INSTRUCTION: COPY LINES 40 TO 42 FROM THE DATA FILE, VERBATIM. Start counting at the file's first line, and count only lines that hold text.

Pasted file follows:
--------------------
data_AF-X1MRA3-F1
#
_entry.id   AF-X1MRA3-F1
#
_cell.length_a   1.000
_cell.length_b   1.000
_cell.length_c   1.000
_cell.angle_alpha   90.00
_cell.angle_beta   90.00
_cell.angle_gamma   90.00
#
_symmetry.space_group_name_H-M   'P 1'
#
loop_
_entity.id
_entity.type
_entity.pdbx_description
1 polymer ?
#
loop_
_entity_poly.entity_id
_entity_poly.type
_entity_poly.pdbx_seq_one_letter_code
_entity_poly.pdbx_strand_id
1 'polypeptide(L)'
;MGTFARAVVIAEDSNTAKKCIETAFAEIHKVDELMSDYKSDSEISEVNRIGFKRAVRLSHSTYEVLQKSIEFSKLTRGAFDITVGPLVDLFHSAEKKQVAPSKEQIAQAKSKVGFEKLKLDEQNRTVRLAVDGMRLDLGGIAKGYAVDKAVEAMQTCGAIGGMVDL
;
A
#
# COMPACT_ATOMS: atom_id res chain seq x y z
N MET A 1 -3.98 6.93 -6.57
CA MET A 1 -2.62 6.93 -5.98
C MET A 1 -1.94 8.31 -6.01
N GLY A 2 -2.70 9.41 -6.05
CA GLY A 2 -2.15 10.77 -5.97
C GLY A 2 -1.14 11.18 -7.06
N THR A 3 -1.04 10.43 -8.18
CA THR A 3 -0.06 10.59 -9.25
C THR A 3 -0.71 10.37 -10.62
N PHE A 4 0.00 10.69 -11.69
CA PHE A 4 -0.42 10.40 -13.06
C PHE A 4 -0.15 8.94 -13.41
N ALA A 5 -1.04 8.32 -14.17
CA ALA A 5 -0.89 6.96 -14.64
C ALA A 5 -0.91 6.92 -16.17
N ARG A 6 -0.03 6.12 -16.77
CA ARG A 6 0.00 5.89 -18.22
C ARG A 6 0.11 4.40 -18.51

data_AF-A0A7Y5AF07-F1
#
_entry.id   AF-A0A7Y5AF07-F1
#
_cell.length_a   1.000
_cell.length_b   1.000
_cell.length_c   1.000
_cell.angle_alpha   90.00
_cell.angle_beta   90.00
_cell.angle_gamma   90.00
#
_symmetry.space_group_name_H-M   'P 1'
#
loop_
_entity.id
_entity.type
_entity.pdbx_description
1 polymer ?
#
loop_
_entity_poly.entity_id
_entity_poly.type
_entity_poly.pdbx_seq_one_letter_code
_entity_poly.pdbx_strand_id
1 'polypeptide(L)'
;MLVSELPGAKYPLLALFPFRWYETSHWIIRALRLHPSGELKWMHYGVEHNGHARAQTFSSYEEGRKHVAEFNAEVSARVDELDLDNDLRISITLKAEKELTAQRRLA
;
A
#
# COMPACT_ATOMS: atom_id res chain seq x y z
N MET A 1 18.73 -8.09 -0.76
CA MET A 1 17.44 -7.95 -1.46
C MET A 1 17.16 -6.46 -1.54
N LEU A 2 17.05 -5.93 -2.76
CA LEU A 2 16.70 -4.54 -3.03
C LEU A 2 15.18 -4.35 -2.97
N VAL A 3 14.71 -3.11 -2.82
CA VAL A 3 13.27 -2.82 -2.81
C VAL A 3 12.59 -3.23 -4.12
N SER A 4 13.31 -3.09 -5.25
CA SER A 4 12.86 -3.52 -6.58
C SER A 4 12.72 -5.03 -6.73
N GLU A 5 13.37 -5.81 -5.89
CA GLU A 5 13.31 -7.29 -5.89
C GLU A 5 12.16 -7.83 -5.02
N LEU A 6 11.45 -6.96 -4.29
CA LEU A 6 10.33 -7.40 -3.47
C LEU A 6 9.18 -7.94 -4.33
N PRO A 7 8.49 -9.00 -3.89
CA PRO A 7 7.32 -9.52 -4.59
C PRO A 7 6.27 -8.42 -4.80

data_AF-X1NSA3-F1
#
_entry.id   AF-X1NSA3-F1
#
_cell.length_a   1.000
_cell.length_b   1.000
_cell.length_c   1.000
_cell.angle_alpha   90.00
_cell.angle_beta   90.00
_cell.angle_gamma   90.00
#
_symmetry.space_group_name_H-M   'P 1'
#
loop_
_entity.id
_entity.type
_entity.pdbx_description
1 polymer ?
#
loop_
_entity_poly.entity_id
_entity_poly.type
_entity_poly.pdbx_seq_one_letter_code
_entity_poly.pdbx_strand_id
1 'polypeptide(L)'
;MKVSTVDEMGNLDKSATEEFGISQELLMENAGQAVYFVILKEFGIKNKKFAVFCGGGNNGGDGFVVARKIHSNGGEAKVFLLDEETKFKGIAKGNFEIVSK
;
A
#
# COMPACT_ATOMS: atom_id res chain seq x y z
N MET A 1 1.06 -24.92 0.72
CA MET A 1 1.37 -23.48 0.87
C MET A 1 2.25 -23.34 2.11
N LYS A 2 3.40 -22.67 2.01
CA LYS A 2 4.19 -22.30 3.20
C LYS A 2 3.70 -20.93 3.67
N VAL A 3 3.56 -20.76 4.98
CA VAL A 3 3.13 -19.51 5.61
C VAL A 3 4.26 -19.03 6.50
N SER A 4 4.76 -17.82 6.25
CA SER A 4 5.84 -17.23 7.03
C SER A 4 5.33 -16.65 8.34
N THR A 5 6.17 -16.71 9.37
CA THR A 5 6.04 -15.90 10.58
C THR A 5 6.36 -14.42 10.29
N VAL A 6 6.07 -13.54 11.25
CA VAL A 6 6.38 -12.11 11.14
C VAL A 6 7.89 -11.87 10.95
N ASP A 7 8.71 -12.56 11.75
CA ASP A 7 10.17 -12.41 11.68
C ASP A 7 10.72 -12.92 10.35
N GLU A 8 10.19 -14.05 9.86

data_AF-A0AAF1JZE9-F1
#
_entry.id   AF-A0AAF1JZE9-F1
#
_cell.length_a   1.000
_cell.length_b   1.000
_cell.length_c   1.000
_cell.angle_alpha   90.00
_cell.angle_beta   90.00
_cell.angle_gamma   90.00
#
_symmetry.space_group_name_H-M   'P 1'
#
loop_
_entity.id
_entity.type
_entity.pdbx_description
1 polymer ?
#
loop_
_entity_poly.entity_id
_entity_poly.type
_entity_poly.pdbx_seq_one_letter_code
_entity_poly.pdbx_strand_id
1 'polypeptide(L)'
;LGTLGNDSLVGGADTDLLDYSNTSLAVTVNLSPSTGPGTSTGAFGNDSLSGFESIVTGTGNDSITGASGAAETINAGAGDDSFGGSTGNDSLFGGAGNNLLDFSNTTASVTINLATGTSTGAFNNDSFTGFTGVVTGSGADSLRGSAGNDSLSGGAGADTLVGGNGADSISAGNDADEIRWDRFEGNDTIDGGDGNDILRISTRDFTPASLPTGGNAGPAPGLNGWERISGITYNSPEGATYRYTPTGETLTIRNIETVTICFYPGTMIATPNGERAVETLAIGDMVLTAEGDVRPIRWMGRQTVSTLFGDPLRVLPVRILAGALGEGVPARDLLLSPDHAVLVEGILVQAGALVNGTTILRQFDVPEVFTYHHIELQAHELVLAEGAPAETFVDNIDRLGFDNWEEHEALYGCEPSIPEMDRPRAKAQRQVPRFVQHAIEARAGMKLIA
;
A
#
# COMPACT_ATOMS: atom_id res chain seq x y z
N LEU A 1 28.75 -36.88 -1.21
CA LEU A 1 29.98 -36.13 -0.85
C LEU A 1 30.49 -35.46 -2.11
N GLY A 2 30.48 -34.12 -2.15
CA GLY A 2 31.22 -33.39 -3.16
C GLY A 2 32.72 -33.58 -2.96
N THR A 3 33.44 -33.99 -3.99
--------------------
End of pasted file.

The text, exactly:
N PHE A 4 0.00 10.69 -11.69
CA PHE A 4 -0.42 10.40 -13.06
C PHE A 4 -0.15 8.94 -13.41